The digitization of the 3D shape of real objects is a rapidly expanding field, with applications in entertainment, design, and manufacturing. In order for 3D scanning to become more commonplace, methods are needed for quickly and robustly acquiring full geometric models of complex objects. This dissertation describes a scanning system that allows a user to rotate an object by hand and see a continuously-updated model as the object is scanned. This allows the user to see and fill holes in the model, and determine when the object has been completely covered.
The system consists of three components. First, it incorporates a new design for a structured-light range scanner capable of returning the shape of a moving object, as seen from one viewpoint, at a rate of 60 Hz. Next, the range images returned by this scanner are continuously aligned to each other using a variant of the Iterated Closest Points (ICP) algorithm. An analysis of the stages of the ICP pipeline suggests that a combination of variants, including projection-based matching and point-to-plane minimization, is suitable for real-time use. Finally, the aligned range data is merged into a discretized voxel grid, and point (splat) rendering is used to provide a real-time display of the partial 3D model.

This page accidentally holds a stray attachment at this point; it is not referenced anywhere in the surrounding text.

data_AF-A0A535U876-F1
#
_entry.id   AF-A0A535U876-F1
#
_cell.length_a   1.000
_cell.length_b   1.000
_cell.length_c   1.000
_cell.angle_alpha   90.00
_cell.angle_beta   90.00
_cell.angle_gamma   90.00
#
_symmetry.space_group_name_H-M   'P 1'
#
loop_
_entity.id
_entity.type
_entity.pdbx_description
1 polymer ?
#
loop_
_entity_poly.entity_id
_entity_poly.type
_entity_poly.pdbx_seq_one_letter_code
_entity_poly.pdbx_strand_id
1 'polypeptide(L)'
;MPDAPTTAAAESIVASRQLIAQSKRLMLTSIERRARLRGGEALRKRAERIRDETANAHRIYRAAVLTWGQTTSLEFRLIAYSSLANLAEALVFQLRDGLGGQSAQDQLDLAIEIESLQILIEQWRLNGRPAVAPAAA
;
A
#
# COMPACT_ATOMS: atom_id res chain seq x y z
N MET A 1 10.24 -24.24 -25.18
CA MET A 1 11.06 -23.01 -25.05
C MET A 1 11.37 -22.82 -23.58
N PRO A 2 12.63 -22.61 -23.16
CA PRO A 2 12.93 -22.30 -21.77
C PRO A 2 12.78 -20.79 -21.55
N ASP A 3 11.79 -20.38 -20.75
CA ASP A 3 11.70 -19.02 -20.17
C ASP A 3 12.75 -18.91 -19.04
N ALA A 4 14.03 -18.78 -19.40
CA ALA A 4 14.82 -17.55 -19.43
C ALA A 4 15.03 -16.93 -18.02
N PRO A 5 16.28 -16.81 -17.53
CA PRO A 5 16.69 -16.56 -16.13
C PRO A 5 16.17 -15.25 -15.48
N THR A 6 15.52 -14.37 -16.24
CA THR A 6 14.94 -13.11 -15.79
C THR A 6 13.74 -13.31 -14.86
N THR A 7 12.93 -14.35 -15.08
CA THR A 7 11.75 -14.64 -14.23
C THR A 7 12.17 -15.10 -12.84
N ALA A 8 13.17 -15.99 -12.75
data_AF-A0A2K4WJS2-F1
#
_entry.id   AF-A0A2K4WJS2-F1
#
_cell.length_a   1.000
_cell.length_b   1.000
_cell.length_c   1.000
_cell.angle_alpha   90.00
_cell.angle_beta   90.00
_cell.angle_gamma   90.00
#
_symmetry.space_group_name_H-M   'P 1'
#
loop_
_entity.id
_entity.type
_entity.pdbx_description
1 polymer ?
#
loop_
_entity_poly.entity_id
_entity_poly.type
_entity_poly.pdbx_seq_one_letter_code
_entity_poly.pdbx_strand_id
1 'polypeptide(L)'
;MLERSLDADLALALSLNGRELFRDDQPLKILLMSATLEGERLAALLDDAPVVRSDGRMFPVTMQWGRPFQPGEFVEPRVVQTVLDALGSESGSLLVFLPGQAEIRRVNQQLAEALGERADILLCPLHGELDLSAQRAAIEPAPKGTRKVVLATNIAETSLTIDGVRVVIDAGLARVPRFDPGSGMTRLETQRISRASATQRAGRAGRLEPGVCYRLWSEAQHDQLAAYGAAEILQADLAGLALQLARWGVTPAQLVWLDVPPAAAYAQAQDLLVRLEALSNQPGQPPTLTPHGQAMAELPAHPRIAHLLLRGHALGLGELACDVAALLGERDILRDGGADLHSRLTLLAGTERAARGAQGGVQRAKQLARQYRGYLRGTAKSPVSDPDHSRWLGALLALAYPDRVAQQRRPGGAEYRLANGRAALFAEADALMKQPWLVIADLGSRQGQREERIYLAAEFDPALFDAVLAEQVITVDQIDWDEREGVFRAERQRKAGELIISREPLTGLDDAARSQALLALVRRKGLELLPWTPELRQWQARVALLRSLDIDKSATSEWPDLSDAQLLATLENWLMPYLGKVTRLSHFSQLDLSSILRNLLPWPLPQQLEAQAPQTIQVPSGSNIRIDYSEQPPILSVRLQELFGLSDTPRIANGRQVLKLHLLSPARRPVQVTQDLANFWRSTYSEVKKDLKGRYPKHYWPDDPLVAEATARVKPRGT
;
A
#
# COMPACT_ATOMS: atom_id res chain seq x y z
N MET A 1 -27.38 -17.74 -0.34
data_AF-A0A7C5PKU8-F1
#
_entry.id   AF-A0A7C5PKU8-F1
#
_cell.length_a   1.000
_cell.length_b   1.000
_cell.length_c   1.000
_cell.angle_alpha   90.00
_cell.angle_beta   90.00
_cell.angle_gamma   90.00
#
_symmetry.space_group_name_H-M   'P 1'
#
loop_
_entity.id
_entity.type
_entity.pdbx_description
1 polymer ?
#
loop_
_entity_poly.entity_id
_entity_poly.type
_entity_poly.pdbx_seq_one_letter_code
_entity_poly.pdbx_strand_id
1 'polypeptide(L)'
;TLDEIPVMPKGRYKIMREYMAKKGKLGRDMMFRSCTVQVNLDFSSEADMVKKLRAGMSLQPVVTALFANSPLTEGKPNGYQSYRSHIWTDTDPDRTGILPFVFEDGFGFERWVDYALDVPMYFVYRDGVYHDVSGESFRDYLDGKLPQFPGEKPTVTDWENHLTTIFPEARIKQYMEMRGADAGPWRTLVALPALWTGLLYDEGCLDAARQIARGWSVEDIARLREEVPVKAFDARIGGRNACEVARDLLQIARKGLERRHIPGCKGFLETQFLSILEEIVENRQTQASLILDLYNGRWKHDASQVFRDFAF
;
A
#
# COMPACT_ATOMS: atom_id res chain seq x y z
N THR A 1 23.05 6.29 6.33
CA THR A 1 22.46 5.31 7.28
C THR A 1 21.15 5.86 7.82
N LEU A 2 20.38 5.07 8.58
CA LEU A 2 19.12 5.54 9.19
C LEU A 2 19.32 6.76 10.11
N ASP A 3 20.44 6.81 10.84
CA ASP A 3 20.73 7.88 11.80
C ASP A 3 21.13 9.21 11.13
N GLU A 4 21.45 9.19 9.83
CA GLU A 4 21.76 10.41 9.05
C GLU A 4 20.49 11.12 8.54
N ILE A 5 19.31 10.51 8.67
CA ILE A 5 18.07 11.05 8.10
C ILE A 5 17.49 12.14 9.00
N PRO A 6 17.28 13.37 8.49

Given the increasing capabilities of range scanning systems such as the above, traditional algorithms for display, simplification, and progressive transmission of meshes are too slow to be practical. QSplat is a multiresolution point rendering system capable of displaying scanned meshes containing hundreds of millions of range samples at interactive rates. It uses a single bounding sphere data structure for view frustum culling, backface culling, level-of-detail control, and splat rendering. The system may also be extended to progressive view-dependent transmission of large 3D models across a network of limited bandwidth.
Full thesis as PDF, 12539216 bytes.
Defense slides, as PPT.
A video clip demonstrating the real-time range scanner is here.